“In negotiation and life, knowing someone’s ‘why’ exposes their self-interest and source of motivation.” – Greg Williams, The Master Negotiator & Body Language Expert
“New Advice – Understand ‘Whys’ – How To
Win More And Increase Negotiation Skills”
People don’t realize they’re always negotiating.
Because negotiators negotiate in a particular way to reach their desired goals, understanding their ‘why’ and what motivates their actions becomes imperative for successful negotiation outcomes. That is why their ‘why’ is so important. Assessing it leads to the negotiation style they might engage in and uncovering where the value lies.
There are five basic negotiation styles negotiators use when negotiating: competing, collaborating, compromising, accommodating, and avoiding. Each style reflects different motivations and behaviors, and successful negotiators can identify which style will be most effective and alternate between them if needed.
In this article, I explore the style of negotiation negotiators might use during negotiation and highlight how identifying their ‘why’ can assist you in increasing your negotiation skills.
Competitive negotiators pursue their own needs and give little concern to others about their goals.
They use the win/lose approach – they only win if you lose. This negotiation style focuses on quick and short-term results and quickly achieving short-term goals. Their desire for success motivates them, which is their ‘why.’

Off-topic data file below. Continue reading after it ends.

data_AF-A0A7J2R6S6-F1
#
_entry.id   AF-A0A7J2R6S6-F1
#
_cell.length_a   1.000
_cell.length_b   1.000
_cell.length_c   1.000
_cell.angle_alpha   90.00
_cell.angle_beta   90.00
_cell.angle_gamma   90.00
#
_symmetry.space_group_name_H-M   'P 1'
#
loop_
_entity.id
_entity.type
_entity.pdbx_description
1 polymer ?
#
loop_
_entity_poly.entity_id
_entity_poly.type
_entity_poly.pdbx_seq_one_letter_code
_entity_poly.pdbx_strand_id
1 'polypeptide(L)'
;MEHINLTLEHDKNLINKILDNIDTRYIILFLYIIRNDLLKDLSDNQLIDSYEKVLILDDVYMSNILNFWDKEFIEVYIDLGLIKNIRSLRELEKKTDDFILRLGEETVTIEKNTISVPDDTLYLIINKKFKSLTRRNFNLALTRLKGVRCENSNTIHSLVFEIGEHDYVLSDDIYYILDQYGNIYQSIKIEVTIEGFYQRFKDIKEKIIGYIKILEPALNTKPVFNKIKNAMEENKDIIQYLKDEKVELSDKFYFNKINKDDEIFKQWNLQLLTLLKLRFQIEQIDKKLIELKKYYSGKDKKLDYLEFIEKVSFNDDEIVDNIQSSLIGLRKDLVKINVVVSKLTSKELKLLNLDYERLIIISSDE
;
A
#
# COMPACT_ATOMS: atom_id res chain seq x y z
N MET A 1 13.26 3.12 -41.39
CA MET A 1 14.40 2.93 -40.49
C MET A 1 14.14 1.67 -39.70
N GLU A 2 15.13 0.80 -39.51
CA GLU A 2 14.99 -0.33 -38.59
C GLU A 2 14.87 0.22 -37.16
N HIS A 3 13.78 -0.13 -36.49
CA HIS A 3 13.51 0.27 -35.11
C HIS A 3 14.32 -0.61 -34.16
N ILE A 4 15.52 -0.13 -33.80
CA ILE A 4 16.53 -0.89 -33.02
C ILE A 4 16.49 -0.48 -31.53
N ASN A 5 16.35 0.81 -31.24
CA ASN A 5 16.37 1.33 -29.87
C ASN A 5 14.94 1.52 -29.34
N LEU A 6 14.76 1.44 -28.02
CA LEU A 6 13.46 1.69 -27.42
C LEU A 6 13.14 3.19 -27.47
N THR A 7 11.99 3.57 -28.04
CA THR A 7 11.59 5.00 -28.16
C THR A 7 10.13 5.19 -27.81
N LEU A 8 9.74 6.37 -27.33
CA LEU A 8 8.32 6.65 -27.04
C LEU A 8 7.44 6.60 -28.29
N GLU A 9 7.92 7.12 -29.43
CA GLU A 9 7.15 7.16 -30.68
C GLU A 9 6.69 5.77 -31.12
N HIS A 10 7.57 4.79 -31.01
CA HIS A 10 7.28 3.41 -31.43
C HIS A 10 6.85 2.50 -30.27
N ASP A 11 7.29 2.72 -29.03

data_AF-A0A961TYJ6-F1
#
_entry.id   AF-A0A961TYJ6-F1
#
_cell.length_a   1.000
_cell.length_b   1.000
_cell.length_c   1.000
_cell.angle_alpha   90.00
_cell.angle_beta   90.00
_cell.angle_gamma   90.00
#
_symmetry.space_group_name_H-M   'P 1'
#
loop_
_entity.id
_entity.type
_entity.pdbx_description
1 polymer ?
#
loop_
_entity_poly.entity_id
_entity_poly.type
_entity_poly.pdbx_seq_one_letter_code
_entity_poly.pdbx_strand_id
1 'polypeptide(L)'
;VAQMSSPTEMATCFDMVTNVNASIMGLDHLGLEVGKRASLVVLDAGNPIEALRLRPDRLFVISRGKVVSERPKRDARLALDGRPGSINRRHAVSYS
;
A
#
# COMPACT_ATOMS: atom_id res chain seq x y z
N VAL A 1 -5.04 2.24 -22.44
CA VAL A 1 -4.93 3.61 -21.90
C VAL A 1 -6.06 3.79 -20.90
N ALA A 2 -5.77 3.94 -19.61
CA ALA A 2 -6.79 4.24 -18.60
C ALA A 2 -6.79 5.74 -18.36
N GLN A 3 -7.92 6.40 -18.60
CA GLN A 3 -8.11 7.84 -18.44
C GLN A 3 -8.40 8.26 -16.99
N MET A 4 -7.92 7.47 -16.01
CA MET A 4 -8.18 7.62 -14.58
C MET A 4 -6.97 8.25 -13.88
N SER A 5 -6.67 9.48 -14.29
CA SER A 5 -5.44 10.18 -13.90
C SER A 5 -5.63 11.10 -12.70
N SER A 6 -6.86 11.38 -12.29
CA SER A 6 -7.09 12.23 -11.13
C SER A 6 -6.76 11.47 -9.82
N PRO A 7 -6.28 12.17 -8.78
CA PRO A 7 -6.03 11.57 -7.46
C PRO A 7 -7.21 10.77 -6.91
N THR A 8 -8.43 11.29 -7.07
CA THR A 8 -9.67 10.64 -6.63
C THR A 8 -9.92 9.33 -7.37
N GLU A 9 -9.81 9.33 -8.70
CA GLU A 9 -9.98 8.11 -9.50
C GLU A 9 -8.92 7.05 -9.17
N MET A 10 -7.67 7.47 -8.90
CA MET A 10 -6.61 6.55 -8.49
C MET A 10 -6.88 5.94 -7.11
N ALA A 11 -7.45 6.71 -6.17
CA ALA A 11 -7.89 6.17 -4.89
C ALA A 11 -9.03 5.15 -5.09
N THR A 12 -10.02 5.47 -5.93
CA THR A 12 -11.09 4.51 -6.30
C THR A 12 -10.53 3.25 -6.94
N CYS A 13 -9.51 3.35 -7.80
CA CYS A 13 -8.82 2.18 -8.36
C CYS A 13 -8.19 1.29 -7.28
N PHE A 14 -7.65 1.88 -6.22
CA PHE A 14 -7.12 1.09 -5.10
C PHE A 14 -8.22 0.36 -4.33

Collaborative negotiators focus on win-win solutions.
They seek and encourage teamwork. A negotiator can use this negotiation style in a powerful or weak position. Understanding a negotiator’s ‘why’ will grant you insight into why they are motivated to use a collaborative approach to the negotiation.
The compromising style of negotiation can become difficult for long-term talks.
In that negotiation style, negotiators seek to split the difference. Sometimes, they do so too quickly instead of seeking solutions to challenging positions. They forgo uncovering the ‘why’ in the negotiation.
Some accommodating negotiators tend to be overly obliging.